Thanks to a $4.5 million check from the Texas government, San Diego-based software company Websense is moving its corporate headquarters to Austin, capital of the Lone Star State.
Texas Gov. Rick Perry's office announced Thursday that the Texas Enterprise Fund will send the cash to Websense, which in exchange will relocate 445 jobs to Austin and also make a to-be-announced $9.9 million capital investment. Websense, which opened in 1994, was purchased by Vista Equity Partners in June for $910 million cash.
Perry has made trips around the country, including to San Diego, to tout Texas as a state with low regulations and no state income tax, while California is among the most costly states for businesses. In 2010, Petco — a San Diego-based retailer of pet products — got $3.1 million from the Texas fund to bring some of its operations to San Antonio.
“Texas is the nation’s leading example of creating an environment that allows job growth to flourish, innovations to thrive and families and employers to succeed,” Perry said in a statement. “Paired with our low taxes, smart regulations and fair courts, these TEF investments will help bring hundreds of jobs to Austin, and thanks to our world-class workforce, these employers know Texans are prepared to take on the diverse needs any company may have.”
Vista Equity, with $7.8 billion in assets, last year also bought San Diego-based fleet-tracking company Omnitracs from Qualcomm for $800 million cash, and events registration software company Active Network for $1 billion. That has led to speculation that those companies could be relocating. A call to Vista Equity's San Francisco office was not returned. Websense released a statement from CEO John McCormack but a spokeswoman declined to comment further, citing final due diligence in the deal.
"We are expanding our presence into Austin because it represents an energetic, high-technology hub that will further enable us to meet growing demand for our technology and better serve our global customer base," McCormack's statement said. "Our top priority continues to be exceeding customer expectations and protecting organizations from data theft and advanced cyberattacks."
Vista Equity, based in Austin, has a reputation for buying companies and moving them to Texas, said Mark Cafferty, CEO of the San Diego Regional Economic Development Corp. Cafferty said nearly three months of efforts by the EDC to meet with the firm's local officials were not successful, but he also noted the organization would continue reaching out to Websense.
"Austin does have the closing dollars from Gov. Perry and does have limited regulation and ease of restrictions, and it’s Austin," Cafferty said. "We talk about the well-educated, smart young talent we have in San Diego and Austin has that, so the reality is that Austin has that and it’s got the benefits of Texas."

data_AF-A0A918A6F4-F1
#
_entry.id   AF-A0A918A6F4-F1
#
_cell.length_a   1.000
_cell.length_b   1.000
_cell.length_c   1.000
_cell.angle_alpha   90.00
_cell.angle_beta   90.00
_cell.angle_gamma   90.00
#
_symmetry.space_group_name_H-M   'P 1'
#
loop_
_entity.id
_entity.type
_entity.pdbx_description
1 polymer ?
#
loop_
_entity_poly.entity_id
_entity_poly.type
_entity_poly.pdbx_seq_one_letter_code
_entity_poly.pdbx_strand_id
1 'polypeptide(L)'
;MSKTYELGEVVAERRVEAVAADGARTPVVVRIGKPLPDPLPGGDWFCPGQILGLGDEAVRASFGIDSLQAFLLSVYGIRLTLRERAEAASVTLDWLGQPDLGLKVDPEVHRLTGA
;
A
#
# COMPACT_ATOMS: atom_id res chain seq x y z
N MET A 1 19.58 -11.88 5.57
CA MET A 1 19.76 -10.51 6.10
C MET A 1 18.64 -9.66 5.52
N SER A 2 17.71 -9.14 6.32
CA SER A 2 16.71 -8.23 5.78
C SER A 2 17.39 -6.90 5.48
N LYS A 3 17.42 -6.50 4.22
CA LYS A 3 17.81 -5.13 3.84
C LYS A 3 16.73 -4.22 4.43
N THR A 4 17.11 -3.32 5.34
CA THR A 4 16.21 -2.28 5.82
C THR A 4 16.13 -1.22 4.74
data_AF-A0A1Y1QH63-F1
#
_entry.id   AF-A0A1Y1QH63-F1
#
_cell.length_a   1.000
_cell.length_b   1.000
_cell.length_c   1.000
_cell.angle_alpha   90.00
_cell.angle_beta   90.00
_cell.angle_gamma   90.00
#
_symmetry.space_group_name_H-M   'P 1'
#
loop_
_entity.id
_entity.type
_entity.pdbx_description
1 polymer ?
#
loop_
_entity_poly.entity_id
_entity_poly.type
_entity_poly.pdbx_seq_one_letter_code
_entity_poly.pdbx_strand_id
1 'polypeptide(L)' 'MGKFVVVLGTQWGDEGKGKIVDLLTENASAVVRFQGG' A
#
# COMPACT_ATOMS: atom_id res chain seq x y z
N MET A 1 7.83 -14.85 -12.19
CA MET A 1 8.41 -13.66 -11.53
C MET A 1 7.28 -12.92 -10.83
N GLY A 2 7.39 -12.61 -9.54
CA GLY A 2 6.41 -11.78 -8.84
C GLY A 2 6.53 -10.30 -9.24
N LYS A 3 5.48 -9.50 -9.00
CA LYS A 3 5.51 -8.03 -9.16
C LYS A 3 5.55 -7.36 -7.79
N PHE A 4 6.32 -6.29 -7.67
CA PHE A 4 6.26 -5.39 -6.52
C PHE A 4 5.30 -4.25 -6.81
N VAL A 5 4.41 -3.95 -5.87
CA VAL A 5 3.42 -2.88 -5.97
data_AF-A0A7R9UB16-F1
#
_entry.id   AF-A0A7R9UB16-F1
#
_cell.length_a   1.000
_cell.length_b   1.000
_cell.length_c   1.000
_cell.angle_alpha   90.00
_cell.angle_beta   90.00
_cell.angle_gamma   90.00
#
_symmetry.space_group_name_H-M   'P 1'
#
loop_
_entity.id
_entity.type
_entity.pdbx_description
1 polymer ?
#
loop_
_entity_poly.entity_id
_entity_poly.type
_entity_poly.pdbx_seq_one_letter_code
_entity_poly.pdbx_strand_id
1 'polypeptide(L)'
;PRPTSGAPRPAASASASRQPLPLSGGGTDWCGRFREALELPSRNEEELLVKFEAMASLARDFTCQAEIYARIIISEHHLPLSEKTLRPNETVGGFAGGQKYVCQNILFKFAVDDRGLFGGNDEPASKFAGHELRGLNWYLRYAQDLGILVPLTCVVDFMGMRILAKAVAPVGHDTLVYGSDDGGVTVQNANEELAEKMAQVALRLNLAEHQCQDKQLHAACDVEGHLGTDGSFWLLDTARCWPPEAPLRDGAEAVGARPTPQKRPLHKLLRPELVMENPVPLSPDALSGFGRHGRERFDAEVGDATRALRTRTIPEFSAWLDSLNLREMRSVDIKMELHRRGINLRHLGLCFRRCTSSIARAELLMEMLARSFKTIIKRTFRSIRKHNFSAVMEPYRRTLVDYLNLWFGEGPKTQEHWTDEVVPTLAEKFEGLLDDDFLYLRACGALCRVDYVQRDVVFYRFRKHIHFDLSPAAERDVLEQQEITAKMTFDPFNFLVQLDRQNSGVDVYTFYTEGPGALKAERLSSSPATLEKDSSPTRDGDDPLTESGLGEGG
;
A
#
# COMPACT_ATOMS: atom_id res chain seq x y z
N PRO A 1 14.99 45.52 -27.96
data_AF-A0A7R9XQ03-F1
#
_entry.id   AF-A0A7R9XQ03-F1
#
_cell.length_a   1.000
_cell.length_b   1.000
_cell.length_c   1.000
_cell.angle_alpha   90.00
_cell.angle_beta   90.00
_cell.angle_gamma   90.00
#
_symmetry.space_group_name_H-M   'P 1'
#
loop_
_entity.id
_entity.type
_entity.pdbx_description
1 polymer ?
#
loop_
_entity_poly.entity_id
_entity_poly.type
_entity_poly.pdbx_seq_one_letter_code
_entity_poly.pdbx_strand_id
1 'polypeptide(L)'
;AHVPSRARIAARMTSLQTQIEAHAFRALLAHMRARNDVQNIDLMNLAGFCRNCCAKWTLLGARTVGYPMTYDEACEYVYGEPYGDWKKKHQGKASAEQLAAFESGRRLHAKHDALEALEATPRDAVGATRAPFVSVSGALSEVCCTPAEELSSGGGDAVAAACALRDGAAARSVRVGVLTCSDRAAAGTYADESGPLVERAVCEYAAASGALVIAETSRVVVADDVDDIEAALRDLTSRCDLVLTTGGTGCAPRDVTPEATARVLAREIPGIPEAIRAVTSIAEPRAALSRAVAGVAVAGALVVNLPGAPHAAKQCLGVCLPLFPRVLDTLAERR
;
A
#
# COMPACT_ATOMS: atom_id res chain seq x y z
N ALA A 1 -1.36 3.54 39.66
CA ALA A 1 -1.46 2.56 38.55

Cafferty said the EDC gets calls weekly from companies who ask about benefits the state can offer to compete with Texas.
"We do the best we can," he said, noting that the latest efforts are to get at the front of the line for the new California Competes credit.
Those credits, currently being finalized, are part of a new tax incentive program introduced by Gov. Jerry Brown that will dole out tax credits to companies that promise to create jobs. However, officials have said the state will never write checks to companies because it's money that can't be recouped. The California program starts with $30 million to dole out through June, before increasing to $150 million the next fiscal year, and $200 million in fiscal 2016 and 2017. Companies that threaten to leave the state are expected to get priority in the application process for the credits.
But not everyone is leaving. Northrop Grumman relocated 300 jobs from New York and Florida to San Diego in the last year to work on unmanned aerial systems, or drones. The EDC also reports that a biotech called Microdermis moved here from New Jersey, bringing 20 jobs to the region.
Perry is no stranger to San Diego. In December 2012 he courted ResMed, a San Diego maker of medical devices for sleep apnea, but that company in the spring decided against moving.
Since its launch in 2003, the Texas Enterprise Fund has spent more than $519 million to lure corporations, creating 71,075 new jobs and $23.6 billion in capital investment, according a news release from Perry's office.
Perry's office also announced Thursday that San Francisco-based Dropbox would receive $1.5 million to expand its operations in Austin by creating 170 new sales and operations jobs and making a $5.5 million capital investment.